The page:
While our mission remains the same, our content and formatting will continue to evolve, to keep our readers one step ahead of the changing landscape in psychiatry. Whether evaluating new treatment approaches in psychopharmacology, psychotherapy, or neurotherapeutics—for conditions that occur across the lifespan—we aim to provide thoughtful, incisive synthesis and critique of recent literature. We convey important insights that are meaningful to the field at large, drawn from research in global and public health, service delivery, psychiatry training, translational neuroscience, and other domains. In coming months, changes in what this content will look like—and where you will find it—will harness conduits that bring this content to our readers more rapidly and efficiently. You may have already noticed some of these changes, with more of our articles published online ahead of print, an increased presence on Twitter and other social media, and video abstracts of featured articles on the HRP website.
In this spirit, we will soon introduce a new article format for HRP, entitled “Disruptive Innovation.” These brief (1500 words, 15 references maximum), provocative, but well-reasoned essays will provide thought leaders in psychiatry a unique platform to challenge orthodoxy in psychiatric research, practice, and education, and to propose bold new ideas that may help shape the future of our field. Disruptive Innovations articles will be highlighted through our social media platforms and dedicated media alerts, with the goal of encouraging broader conversations in clinical, academic, industrial, and public policy arenas. This is the first of several changes we will be introducing to make HRP an even more relevant and accessible resource for our readers, and to encapsulate the leading edge of our field.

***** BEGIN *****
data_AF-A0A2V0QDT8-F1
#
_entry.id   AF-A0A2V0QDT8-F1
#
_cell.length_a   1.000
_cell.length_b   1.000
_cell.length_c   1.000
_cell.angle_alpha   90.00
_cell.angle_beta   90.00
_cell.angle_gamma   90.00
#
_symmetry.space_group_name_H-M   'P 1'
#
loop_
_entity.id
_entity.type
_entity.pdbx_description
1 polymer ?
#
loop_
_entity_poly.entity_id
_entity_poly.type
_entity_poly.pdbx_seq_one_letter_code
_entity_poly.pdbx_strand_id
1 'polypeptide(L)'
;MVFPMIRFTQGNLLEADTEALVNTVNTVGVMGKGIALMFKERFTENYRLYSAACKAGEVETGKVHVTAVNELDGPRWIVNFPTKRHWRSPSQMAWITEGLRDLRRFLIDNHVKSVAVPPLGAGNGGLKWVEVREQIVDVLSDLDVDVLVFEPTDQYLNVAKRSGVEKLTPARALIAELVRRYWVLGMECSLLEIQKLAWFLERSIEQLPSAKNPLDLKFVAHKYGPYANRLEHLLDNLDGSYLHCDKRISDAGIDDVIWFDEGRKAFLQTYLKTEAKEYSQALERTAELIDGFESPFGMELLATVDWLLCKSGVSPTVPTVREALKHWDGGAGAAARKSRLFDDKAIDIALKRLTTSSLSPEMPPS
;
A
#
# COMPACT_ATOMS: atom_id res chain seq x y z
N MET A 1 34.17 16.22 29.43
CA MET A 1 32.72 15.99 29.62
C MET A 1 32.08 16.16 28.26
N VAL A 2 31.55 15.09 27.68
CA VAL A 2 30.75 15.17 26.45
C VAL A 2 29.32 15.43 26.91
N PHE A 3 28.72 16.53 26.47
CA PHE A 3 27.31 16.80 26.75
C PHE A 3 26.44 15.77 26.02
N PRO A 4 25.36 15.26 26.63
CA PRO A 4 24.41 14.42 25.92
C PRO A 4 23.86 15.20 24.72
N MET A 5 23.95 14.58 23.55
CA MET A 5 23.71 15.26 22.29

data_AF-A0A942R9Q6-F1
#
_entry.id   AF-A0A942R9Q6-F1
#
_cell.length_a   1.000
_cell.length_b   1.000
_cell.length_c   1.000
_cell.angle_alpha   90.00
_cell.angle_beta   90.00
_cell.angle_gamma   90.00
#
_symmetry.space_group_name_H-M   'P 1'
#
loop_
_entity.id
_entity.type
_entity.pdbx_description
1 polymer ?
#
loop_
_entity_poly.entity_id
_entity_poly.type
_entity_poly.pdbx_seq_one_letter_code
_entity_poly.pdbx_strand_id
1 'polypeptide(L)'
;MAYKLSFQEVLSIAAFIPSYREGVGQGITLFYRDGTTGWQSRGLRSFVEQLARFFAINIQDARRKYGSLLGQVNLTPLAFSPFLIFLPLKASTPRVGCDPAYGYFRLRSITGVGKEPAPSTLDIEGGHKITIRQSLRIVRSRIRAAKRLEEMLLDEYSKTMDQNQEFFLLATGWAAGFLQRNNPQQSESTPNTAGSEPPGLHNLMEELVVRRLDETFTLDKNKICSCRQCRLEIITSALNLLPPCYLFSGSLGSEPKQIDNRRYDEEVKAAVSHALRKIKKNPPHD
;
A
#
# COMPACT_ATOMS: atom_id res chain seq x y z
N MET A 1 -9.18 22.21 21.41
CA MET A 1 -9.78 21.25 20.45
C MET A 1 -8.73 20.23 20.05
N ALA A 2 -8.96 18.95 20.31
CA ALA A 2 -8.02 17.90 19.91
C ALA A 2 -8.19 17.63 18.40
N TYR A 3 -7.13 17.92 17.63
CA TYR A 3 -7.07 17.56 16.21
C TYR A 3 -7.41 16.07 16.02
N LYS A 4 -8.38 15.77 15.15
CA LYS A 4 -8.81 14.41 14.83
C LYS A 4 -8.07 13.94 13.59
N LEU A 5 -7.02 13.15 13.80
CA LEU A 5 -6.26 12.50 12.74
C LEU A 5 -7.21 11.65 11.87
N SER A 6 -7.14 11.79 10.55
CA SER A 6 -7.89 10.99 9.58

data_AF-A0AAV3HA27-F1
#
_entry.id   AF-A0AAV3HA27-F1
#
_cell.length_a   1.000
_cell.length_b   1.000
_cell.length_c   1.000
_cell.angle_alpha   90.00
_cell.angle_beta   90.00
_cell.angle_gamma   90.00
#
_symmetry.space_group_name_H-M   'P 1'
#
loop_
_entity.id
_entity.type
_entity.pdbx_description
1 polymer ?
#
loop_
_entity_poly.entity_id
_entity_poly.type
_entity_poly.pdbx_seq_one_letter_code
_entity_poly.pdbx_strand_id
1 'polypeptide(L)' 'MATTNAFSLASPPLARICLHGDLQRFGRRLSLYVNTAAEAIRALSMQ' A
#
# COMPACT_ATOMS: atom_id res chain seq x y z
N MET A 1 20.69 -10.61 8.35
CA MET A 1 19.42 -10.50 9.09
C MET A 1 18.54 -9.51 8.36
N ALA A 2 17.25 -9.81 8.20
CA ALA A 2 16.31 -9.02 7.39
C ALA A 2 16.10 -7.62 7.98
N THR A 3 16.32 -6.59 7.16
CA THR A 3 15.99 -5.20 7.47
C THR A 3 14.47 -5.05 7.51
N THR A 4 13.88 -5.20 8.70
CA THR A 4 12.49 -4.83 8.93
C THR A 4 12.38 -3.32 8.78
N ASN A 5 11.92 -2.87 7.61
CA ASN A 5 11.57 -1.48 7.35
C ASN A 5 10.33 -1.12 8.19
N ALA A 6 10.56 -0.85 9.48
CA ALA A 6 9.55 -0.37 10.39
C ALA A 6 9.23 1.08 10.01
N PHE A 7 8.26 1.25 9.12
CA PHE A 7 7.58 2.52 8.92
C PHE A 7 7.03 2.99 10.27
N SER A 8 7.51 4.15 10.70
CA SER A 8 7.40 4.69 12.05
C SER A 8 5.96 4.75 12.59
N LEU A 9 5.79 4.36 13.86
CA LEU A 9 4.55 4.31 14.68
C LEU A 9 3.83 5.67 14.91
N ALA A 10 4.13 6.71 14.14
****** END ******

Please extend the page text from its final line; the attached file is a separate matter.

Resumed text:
I will close by again thanking Shelly Greenfield and our phenomenal core staff—Stephen Scher, PhD, JD (Senior Editor), Dawn Sugarman, PhD (Communications Editor), and Paulo Lizano, MD, PhD, and Eleni Maneta, MD (our new Deputy Editors)—for their consistently outstanding work, collegiality, and long-term dedication to HRP. I am proud of the work of our Assistant Editors, who as trainees have their fingers on the pulse of our field, and of our Field, Associate, Column, and Clinical Challenge Editors, who are essential in shepherding our manuscript submissions through the peer review process. As always, we are enormously grateful to the Harvard Medical School Department of Psychiatry Executive Committee, and to the other members of our general editorial board, for serving as ambassadors of the journal, and for inspiring new ideas for content and outreach. I would also like to acknowledge our partners at Wolters Kluwer/Lippincott Williams & Wilkins, who help ensure that our content reaches a broad audience, both in print and online.
Please do not hesitate to reach out at any time should you have comments or suggestions about the journal. My email address is firstname.lastname@example.org. If you have specific questions about the suitability of a potential article for HRP, or other questions about the manuscript submission or review process, please contact Dr. Sugarman at email@example.com. We look forward to hearing from you. And thank you again for your support of the Harvard Review of Psychiatry.